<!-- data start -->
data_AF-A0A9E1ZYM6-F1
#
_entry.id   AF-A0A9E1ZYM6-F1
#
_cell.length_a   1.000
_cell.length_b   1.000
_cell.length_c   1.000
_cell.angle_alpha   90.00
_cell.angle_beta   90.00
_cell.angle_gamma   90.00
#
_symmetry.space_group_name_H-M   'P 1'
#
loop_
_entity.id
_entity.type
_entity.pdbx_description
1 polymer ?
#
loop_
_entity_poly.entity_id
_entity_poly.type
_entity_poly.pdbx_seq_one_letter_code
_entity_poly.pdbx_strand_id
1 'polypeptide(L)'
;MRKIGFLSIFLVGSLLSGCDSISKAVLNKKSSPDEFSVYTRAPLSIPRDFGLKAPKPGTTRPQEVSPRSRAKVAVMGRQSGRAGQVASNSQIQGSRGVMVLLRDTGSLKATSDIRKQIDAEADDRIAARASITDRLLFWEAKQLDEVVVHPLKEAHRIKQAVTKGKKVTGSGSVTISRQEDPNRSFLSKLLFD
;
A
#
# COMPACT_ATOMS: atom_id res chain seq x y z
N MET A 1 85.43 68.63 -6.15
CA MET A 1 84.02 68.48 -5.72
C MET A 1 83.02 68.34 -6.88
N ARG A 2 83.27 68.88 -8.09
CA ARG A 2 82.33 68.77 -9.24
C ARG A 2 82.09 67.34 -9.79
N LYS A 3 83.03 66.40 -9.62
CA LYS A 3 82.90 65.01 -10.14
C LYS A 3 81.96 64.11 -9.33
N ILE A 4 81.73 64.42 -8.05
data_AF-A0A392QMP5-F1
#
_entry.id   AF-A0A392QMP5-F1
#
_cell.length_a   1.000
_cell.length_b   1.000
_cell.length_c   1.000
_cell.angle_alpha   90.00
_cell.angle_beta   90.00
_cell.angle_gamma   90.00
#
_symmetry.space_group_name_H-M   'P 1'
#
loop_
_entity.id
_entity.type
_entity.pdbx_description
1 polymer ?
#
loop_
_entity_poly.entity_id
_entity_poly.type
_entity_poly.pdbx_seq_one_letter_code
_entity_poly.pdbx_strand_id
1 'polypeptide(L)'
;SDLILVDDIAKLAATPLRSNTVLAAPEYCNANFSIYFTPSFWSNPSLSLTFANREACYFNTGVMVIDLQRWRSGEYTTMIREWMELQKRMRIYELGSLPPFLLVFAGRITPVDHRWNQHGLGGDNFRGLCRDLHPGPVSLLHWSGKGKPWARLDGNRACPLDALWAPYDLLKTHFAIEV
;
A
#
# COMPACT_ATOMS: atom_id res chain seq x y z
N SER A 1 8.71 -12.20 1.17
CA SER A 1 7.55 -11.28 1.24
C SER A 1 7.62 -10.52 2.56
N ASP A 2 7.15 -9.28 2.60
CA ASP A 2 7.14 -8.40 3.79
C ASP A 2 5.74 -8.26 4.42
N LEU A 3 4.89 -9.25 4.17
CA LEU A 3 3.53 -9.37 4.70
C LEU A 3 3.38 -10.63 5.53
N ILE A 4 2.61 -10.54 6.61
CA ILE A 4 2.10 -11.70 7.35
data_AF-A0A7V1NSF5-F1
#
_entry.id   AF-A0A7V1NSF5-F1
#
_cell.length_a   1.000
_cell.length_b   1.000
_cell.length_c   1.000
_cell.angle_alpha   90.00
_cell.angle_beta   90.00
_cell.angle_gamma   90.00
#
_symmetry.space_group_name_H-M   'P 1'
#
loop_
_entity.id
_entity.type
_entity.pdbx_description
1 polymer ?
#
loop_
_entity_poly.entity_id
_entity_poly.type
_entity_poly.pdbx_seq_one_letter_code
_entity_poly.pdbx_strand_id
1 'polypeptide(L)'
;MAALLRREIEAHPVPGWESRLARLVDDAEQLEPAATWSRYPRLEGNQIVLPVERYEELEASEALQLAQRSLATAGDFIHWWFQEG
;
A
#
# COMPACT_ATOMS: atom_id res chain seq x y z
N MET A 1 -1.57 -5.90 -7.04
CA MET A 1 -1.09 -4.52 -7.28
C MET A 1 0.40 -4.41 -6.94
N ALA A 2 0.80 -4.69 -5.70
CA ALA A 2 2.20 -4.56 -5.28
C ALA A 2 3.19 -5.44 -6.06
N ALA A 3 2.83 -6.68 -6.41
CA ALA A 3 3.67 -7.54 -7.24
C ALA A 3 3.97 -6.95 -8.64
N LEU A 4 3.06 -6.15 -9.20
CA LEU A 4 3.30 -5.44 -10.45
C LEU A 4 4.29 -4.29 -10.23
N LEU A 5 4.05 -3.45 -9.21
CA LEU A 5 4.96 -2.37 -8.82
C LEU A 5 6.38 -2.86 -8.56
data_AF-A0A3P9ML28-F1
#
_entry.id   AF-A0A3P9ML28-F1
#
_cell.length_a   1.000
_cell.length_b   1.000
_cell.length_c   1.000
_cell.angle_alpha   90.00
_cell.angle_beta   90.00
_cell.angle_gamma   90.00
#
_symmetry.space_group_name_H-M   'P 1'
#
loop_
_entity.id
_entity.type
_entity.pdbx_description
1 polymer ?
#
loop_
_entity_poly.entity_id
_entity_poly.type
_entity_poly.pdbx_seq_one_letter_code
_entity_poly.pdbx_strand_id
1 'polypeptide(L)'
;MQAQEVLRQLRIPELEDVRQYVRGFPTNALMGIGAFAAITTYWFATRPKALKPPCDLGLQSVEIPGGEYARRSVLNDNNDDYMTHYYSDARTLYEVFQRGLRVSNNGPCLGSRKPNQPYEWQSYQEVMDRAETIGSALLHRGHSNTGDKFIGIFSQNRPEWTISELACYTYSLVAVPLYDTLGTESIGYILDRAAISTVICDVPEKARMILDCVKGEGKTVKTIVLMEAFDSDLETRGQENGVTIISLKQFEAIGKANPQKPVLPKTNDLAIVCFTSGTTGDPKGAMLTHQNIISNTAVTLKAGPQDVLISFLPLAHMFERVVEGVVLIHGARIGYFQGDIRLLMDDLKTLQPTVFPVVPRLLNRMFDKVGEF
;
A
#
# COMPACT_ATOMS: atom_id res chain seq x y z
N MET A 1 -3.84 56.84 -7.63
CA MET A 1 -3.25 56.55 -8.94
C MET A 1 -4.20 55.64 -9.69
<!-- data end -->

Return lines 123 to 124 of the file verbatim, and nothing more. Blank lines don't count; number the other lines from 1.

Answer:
C LEU A 4 4.29 -4.29 -10.23
N LEU A 5 4.05 -3.45 -9.21